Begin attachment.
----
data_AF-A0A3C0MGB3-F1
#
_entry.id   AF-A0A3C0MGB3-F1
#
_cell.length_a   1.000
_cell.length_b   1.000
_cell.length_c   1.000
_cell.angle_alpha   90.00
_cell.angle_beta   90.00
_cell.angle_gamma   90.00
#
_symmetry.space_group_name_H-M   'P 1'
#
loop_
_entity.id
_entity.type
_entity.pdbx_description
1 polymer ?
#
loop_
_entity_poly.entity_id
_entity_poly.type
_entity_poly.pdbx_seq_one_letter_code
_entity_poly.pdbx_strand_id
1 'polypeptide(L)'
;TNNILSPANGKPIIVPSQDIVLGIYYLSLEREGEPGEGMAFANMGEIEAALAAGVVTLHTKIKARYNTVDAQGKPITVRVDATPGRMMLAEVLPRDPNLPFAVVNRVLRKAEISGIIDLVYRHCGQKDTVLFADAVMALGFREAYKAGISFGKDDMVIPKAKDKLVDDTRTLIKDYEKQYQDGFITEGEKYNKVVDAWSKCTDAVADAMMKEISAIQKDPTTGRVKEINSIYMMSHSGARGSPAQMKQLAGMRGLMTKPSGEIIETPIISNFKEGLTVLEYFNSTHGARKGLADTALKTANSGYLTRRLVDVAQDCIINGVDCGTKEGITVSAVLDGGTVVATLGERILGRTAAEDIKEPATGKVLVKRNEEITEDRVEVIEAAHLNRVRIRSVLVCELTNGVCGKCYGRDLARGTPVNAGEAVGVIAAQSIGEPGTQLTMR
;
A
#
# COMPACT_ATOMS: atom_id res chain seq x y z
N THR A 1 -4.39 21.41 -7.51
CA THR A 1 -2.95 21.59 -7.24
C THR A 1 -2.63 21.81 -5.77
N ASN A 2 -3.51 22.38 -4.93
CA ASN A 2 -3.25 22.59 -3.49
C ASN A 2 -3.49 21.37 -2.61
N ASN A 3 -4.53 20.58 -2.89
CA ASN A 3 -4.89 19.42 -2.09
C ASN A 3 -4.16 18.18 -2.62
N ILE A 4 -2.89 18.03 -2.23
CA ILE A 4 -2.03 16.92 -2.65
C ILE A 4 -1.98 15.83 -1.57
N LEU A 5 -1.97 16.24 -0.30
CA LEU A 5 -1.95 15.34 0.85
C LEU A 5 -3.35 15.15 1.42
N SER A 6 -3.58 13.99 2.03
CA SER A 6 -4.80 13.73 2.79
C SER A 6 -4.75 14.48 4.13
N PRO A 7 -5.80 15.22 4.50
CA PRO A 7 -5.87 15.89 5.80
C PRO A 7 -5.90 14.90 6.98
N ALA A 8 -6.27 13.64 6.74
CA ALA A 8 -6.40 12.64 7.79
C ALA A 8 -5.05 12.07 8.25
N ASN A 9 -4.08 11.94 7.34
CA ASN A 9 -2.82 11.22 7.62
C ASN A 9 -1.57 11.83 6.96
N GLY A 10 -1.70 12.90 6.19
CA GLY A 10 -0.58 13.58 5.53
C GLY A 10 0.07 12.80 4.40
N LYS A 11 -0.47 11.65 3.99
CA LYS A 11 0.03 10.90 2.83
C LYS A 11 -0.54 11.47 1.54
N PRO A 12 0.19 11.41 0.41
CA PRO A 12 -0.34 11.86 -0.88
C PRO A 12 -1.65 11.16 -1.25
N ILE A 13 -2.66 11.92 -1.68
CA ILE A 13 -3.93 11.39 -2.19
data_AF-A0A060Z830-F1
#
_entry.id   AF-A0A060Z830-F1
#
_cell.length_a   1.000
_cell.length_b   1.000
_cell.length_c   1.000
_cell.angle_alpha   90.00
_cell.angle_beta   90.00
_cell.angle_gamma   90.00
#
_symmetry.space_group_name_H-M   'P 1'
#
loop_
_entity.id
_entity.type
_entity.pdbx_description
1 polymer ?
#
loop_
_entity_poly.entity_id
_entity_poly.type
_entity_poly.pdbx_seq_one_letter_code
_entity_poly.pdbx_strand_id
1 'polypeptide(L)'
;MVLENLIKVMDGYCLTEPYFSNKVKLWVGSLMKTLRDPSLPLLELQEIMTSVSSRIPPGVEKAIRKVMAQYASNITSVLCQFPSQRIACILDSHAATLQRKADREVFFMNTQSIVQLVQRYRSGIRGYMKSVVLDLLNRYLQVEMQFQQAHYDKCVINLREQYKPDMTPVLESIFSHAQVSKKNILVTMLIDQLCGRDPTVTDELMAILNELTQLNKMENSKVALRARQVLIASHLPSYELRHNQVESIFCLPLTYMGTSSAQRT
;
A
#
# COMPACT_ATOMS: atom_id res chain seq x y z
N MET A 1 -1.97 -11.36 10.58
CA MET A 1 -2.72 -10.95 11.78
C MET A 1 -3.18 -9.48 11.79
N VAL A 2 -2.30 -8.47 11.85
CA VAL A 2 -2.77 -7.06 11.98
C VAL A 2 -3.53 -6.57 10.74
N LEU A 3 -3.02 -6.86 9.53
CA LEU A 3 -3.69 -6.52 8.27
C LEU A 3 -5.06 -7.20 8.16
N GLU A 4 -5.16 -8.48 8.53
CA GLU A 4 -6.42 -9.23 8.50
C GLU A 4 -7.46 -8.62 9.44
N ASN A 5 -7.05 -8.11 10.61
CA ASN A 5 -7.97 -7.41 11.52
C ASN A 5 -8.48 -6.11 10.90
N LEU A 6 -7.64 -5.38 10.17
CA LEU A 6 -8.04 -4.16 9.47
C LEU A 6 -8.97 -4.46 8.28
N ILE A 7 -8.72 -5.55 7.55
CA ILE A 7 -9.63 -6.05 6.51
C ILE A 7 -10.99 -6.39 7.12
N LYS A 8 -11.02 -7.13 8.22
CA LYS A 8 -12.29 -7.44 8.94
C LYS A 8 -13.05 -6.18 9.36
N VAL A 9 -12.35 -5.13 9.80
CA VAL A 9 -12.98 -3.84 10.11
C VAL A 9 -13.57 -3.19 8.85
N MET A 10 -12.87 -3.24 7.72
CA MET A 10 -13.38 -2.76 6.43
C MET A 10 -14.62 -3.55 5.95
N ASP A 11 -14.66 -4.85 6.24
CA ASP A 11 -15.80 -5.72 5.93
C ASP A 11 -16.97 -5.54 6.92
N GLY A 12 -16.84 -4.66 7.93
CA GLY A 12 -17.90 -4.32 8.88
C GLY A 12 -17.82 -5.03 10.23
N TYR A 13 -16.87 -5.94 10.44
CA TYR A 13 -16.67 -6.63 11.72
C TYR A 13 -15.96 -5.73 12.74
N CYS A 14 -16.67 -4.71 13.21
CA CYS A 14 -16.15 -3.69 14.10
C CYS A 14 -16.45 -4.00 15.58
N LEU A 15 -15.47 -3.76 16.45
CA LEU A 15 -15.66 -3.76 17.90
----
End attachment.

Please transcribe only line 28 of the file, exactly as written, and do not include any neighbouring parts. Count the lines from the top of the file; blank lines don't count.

A